Industrial hemp – a safe and legal food ingredient permitted in the US market - is not the same as marijuana, and it won’t get you high.
The confusion arises because hemp comes from Cannabis sativa, the same plant species as marijuana, but contains little to no THC, the psychoactive ingredient in marijuana that delivers the ‘high’.
However, while it is legal to sell and consume foods and beverages containing hemp seeds in the US (which is the world's largest consumer of hemp products), the US regards all forms of cannabis as Schedule I substances (along with cocaine), and is the only major industrialized country that outlaws domestic hemp production (except for research purposes/ag pilots in select states permitted by the 2014 Farm Bill), forcing companies to source most of their hemp from Canada, Europe and China, says the petition.
“The Controlled Substances Act (CSA) treats industrial hemp plants the same as drug marijuana plants solely because they are of the same species, even though industrial hemp has no potential whatsoever for drug abuse,” says the petition, which is calling for the DEA to remove industrial hemp plants, defined as cannabis plants having no greater than 0.3% THC by dry weight, from Schedule 1.
While the DEA rejected a similar petition in 2000, two things had changed since then, argues the petition.
"First, in 2004, the U.S. Court of Appeals for the Ninth Circuit ruled that the naturally-occurring THC in cannabis plants is not itself a controlled substance under the CSA. Thus, the industrial hemp plant is not a plant that 'contains' a controlled substance; rather it is a controlled substance solely by virtue of being the same species as the drug marijuana plant (Cannabis sativa L.).
"Second, Congress itself has now (via the 2014 Farm Bill) specifically defined and identified industrial hemp as a plant different from other, drug marijuana Cannabis plants."
Ingestion of industrial hemp does not cause false positives for marijuana in drug tests
The petition also explains that ingestion of industrial hemp "does not cause false positives" for marijuana: "A widely-recognized 2001 controlled study concluded that daily ingestion of up to 0.6 mg of THC did not produce confirmed positive urine THC results."
Meanwhile, concerns that farmers will mix the drug marijuana plant with their industrial hemp crops are unfounded, argues the petition, not least because cross-pollination with industrial hemp would significantly lower the THC content - and thus degrade the value of - the marijuana crop.
"Even more significantly, pollen from male hemp plants will cause female marijuana flowers to go to seed, rendering such marijuana almost worthless."
On a more practical level, it adds: "Industrial hemp and drug marijuana are harvested at different times and there are marked visual differences as well: hemp is grown tall whereas marijuana is selected to grow short and tightly clustered."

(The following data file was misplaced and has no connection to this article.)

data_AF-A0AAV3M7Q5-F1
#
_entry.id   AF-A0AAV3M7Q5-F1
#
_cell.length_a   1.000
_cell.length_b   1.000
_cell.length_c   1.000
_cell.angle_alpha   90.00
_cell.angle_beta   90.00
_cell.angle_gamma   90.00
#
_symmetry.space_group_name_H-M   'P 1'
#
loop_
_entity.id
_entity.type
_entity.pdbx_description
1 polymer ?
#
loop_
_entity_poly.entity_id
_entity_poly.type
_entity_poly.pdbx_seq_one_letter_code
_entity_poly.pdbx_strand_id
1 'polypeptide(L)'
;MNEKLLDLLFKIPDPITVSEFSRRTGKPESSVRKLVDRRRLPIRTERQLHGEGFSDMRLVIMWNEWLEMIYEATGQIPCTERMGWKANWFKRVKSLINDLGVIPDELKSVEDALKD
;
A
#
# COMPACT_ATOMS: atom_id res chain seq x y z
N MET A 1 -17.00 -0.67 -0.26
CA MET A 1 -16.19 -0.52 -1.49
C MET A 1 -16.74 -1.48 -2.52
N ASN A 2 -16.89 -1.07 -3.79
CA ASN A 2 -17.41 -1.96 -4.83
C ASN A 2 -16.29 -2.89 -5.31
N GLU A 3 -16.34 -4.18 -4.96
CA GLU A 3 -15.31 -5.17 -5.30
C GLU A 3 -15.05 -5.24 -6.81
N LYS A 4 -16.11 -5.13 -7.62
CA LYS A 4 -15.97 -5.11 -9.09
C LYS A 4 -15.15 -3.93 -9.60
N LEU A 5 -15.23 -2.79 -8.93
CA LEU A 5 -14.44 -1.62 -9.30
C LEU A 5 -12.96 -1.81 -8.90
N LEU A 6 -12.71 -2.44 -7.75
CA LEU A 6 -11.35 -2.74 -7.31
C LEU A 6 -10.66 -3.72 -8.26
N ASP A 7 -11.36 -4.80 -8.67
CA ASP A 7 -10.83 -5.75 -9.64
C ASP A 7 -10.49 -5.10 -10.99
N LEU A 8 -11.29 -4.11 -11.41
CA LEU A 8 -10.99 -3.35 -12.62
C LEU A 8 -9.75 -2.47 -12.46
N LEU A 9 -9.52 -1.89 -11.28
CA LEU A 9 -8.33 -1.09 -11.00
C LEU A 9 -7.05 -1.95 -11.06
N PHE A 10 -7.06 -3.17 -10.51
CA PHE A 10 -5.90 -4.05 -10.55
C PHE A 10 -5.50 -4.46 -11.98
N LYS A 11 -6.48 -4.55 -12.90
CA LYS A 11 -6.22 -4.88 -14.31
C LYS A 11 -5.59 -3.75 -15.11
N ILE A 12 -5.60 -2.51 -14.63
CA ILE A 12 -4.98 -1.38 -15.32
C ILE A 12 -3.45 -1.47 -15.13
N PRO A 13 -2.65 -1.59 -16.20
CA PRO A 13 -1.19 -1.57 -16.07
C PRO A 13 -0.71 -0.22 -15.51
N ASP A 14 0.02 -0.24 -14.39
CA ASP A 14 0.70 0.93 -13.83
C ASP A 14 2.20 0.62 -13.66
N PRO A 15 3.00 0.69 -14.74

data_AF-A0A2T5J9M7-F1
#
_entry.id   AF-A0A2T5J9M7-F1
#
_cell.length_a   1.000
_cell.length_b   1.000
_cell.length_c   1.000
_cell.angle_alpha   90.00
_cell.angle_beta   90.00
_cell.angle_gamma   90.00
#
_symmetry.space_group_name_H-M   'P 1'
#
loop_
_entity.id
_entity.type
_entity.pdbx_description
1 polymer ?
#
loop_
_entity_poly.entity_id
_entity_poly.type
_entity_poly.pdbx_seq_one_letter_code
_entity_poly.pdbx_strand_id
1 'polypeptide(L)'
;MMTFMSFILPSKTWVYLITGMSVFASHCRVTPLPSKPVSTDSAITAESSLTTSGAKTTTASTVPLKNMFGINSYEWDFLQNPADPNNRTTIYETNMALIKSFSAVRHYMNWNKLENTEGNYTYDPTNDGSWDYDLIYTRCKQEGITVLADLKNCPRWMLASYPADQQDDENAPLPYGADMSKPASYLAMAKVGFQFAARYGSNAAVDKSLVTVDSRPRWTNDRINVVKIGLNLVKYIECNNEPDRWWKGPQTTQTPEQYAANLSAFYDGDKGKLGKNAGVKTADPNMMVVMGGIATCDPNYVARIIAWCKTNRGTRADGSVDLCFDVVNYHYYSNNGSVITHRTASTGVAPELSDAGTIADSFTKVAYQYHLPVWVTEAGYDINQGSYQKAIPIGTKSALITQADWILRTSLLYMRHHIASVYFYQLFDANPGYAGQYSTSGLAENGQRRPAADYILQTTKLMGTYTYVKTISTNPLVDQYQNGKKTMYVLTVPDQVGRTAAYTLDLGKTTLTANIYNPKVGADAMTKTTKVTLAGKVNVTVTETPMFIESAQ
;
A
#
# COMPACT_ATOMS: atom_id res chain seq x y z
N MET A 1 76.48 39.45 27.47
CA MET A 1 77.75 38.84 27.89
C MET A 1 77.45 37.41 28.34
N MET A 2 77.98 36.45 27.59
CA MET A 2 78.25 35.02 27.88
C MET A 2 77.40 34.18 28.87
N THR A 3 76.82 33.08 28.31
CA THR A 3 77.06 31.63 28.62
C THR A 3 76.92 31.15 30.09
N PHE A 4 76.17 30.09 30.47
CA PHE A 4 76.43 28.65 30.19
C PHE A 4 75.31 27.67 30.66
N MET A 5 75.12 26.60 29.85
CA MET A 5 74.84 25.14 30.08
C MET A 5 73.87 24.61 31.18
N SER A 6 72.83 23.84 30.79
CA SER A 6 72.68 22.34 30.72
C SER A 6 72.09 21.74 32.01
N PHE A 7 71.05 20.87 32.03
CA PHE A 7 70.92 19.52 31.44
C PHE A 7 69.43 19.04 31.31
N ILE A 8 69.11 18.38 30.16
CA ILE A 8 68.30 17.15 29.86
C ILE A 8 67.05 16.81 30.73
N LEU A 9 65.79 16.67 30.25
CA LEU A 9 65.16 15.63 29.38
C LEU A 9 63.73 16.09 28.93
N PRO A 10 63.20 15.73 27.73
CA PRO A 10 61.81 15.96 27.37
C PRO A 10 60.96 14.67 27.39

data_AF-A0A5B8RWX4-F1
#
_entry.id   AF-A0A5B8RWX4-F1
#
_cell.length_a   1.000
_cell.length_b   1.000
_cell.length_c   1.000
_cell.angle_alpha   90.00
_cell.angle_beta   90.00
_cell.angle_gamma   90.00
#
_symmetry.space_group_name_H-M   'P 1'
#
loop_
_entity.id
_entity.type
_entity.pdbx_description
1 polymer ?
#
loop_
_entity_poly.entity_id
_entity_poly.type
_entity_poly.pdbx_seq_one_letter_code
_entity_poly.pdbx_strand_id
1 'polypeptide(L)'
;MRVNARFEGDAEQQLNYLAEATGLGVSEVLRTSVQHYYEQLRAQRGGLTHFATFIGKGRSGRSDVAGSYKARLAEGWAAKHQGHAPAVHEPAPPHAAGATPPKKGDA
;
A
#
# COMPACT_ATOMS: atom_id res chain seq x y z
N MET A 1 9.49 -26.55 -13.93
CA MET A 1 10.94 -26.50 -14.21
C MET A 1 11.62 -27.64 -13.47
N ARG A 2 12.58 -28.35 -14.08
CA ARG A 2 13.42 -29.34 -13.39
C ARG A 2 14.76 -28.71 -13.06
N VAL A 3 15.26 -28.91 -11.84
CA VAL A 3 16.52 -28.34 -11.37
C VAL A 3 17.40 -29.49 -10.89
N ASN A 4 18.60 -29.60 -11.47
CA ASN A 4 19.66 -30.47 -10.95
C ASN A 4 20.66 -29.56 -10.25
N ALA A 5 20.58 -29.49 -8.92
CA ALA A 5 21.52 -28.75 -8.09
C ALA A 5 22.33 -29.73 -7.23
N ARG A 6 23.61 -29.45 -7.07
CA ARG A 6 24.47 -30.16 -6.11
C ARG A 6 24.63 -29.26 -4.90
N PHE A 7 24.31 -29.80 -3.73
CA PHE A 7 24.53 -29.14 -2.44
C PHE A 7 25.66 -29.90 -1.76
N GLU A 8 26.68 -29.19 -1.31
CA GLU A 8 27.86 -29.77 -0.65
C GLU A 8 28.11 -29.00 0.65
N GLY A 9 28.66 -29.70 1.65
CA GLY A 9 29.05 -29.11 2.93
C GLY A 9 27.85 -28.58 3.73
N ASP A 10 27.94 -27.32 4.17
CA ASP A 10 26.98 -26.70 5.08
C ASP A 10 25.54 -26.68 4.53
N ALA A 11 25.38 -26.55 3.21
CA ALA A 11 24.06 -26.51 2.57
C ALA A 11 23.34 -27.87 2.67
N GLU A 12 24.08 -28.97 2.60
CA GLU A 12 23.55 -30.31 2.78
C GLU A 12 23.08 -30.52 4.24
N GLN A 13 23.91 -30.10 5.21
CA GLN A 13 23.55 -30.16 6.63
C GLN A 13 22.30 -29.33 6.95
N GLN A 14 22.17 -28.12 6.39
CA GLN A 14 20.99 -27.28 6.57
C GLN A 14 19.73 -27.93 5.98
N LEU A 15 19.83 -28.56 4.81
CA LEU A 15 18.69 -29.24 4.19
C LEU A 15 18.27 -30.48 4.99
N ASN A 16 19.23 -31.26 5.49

It concludes: "The DEA has the authority, and under the circumstances, the obligation, to reconsider the status of industrial hemp under the CSA Schedules."
"Hemp is a crop with deep roots in American history dating back to some of our first farmers including Presidents George Washington and Thomas Jefferson. Hemp has no place on the schedule of controlled substances and it is time for DEA to de-schedule hemp and allow states to once again regulate hemp farming just like any other crop.
“We need Congress to pass federal legislation to allow commercial hemp farming nationally, for this ripe industry to finally be able to bloom.”
Eric Steenstra, executive director, Hemp Industries Association
US retail sales of hemp food & beverages approached $90m in 2015
According to the Hemp Industries Association, US retail sales of hemp food, supplements and body care products were estimated to be around $283m in 2015, with around $90m in sales coming from food products such as non-dairy milk, protein bars, and shelled seeds.
However, actual sales are likely far higher as the SPINS data the HIA referenced does not include sales from Whole Foods Market, Costco and some other key retailers.
To read the petition, click HERE
Hemp, which like chia contains short-chain omega-3 fatty acids, is steadily creeping into a wide range of food and beverage products, although hemp protein is primarily used in energy, protein and muscle recovery drinks, and snack/energy/granola bars.
As for its nutritional profile, hemp protein is high in arginine, which sports enthusiasts like as it is a vasodilator (arginine is a precursor to nitric oxide, which helps expand blood vessels and decrease blood pressure).
While it is low in lysine, it works well in combination with other proteins higher in lysine such as pea protein.
The Hemp Industries Association (HIA) is a non-profit trade association representing businesses, farmers, researchers and investors working with industrial hemp.